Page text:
Combined oral contraceptive pills or “the pill” are a form of daily birth control. The pills contain two naturally-occurring hormones, an estrogen and a progesterone. There are many different types of pills available, each with slightly different types of hormones and hormone concentrations. Pills work to prevent pregnancy by preventing the egg from being released from the ovary, and also by changing the cervical mucous to prevent sperm from reaching an egg.
Pills must be taken every day, at the same time each day, to work properly. Pills are less effective when not taken perfectly. Try to associate taking your pills with something else that is regular and routine. For the typical woman using the pills, it is 91% effective at preventing pregnancy (9 pregnancies in 100 women using the pill for year).
What to do in the case of missed pills:
- If you miss one pill, take the pill as soon as you remember even if it means taking two pills together. Continue taking your pills as usual. No back-up contraception is needed.
- If you miss two pills, take the pill as soon as you remember even if it means taking two pills together. Do not take any earlier missed pills. Use condoms or abstain for the next 7 days.
- If you have had unprotected intercourse, ask your health care provider about emergency contraception.
Pills do not protect against sexually transmitted infections (STIs). Condoms are the best way for sexually active people to reduce the risk of infection. Always use a condom to prevent STIs.
Advantages of pills:
- Decreased pain with periods and/or lighter menstrual periods
- May improve PMS (premenstrual syndrome) symptoms
- Can decrease risk of uterine (endometrial) and ovarian cancer
- Ability to become pregnant returns quickly when you stop taking the pill
Disadvantages of pills:
- Must take a pill every day, at the same time each day
- Some women experience side effects such as breast tenderness, nausea or change in mood or libido. Most of these symptoms improve with time
- The pill may interact with certain epilepsy (anti-seizure) or anti-retroviral medications
Risks of using pills:
- Venous thromboembolism - Very rarely, a blood clot can develop in the veins of the legs or in the lungs. These conditions can be life-threatening. Use of the pill increases the chance of developing a blood clot slightly. the risk of having a blood clot while taking the pill is approximately 1 in 500.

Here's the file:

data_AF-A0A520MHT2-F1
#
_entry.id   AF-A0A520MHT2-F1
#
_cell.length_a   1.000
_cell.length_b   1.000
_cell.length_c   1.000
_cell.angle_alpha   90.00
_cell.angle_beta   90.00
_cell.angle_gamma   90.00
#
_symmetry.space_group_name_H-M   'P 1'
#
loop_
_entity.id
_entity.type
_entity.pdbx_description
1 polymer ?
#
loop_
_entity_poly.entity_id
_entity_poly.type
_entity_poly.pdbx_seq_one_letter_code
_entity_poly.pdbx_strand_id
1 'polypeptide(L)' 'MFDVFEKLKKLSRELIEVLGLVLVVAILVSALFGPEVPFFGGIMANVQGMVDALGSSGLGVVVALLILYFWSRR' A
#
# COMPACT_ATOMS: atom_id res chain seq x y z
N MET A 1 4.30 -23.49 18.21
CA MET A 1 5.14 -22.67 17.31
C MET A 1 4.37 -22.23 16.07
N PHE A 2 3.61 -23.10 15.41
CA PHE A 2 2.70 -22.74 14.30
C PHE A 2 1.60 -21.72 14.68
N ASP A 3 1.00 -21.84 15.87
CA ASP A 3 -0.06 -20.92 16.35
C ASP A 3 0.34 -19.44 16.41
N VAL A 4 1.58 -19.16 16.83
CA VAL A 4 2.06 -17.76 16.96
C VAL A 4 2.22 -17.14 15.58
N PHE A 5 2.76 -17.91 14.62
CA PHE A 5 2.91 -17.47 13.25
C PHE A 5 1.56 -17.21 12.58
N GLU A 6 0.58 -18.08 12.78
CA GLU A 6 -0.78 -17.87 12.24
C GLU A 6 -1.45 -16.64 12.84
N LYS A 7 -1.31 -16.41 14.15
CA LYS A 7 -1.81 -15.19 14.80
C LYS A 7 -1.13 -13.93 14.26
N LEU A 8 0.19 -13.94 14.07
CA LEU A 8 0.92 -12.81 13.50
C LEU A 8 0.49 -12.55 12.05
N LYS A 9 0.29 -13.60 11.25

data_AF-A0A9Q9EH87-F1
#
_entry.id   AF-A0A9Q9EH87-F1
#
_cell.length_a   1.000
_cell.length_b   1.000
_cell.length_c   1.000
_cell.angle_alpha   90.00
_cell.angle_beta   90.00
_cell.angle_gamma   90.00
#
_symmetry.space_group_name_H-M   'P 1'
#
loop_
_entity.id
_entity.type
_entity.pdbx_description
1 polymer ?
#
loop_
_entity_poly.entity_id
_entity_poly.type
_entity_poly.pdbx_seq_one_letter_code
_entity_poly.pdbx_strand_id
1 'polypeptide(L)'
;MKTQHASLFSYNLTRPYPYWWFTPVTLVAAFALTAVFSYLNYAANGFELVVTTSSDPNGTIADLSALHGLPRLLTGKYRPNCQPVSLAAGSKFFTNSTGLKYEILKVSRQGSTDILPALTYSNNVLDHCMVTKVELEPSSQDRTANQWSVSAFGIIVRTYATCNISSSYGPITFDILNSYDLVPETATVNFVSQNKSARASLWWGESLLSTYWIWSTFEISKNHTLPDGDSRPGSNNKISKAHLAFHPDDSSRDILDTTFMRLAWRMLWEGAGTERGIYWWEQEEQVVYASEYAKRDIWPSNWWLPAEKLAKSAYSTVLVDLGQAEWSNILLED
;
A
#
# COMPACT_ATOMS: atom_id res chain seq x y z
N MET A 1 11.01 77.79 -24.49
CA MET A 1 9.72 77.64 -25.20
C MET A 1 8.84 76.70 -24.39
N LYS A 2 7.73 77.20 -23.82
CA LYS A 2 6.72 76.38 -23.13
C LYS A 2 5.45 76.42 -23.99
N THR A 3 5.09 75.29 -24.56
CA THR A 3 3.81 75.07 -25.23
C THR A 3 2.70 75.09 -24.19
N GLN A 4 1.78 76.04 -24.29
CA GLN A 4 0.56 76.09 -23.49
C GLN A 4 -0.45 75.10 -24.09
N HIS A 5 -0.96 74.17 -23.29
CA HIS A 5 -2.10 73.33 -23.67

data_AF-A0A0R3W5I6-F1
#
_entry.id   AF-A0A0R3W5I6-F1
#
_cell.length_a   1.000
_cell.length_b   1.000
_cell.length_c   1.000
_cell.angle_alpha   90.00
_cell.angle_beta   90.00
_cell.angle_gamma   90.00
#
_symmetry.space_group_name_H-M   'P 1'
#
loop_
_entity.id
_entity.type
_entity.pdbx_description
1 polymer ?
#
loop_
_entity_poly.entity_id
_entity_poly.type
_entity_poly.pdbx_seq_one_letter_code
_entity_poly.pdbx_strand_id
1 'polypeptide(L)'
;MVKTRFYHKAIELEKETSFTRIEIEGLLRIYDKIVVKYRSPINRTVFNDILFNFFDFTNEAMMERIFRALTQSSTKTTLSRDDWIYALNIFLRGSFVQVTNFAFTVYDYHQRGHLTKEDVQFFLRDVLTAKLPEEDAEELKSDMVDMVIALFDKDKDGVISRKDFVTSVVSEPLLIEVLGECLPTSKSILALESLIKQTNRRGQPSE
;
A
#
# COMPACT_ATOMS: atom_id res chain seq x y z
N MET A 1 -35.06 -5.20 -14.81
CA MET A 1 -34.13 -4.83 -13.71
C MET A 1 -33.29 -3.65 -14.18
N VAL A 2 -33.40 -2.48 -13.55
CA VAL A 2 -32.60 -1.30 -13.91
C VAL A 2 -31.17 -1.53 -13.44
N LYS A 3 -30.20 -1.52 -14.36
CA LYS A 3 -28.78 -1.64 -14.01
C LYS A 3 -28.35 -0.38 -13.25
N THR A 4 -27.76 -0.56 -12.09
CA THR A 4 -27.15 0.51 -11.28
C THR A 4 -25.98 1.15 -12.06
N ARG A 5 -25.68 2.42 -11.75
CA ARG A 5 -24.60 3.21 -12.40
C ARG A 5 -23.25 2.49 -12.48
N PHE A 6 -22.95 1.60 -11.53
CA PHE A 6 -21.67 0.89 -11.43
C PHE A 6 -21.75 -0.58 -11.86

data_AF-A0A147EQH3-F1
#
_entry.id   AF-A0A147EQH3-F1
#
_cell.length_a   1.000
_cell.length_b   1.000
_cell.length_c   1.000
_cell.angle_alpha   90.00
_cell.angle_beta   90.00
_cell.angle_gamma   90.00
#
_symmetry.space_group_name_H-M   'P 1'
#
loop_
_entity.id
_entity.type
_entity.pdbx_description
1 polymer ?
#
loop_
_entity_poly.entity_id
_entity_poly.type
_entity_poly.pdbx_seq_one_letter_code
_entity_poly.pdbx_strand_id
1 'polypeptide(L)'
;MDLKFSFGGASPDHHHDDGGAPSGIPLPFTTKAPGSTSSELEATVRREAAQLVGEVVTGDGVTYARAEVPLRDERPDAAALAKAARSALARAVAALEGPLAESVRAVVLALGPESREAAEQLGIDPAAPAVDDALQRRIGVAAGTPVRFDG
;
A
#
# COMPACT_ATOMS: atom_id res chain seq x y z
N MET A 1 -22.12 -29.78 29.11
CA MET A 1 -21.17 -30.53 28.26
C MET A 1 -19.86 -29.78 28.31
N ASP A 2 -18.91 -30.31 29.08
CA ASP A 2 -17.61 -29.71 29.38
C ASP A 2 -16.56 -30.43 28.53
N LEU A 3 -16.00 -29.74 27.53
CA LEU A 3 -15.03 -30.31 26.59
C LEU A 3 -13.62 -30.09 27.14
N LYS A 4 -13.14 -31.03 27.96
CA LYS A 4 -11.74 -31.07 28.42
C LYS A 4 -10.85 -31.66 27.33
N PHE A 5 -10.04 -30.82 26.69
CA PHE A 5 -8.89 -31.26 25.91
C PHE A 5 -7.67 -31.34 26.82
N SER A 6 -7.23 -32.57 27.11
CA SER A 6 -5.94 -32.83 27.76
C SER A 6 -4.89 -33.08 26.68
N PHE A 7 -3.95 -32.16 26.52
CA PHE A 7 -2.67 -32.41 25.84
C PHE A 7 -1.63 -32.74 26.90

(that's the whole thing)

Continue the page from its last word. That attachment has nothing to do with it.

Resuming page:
- Stroke or heart attack - Very rarely, younger women can have a stroke or heart attack. Use of the pill can increase the chance of this happening slightly if you also have other risk factors (such as high blood pressure, smoking or a certain type of migraine headaches).
- High blood pressure - The pill can slightly increase your blood pressure. For most women, this increase is small and does not affect your health.
Pills cannot be used by women who:
- Smoke and are 35 years or older
- Have high blood pressure (hypertension)
- Have certain types of migraine headaches
- Have a history of blood clot (DVT or PE), or if you or a family member have certain blood disorders which can increase the risk for a blood clot
- Currently have, or have a history of breast cancer
- Have a history of stroke or heart disease
- Have abnormal vaginal bleeding that has not been evaluated
- Have liver disease
- Have severe diabetes (with eye, nerve or kidney problems)
- Have recently given birth (within 3-6 weeks)
Tell your doctor if you have any of these risk factors or conditions, or of any other past or current medical problems or concerns. Your clinician will evaluate your history to help you decide if pills are the correct choice for you.
Warning signs – Call your healthcare provider or right away if you:
- Think you are pregnant
- Have been, or might have been, exposed to sexually transmitted disease
- Have unusual pain or swelling in the legs, unusual pain in your chest, or difficulty breathing
- Have sudden change in vision, severe headache, weakness, numbness or difficulty speaking
- Have new or worsening headaches
- Have depression or change in mood
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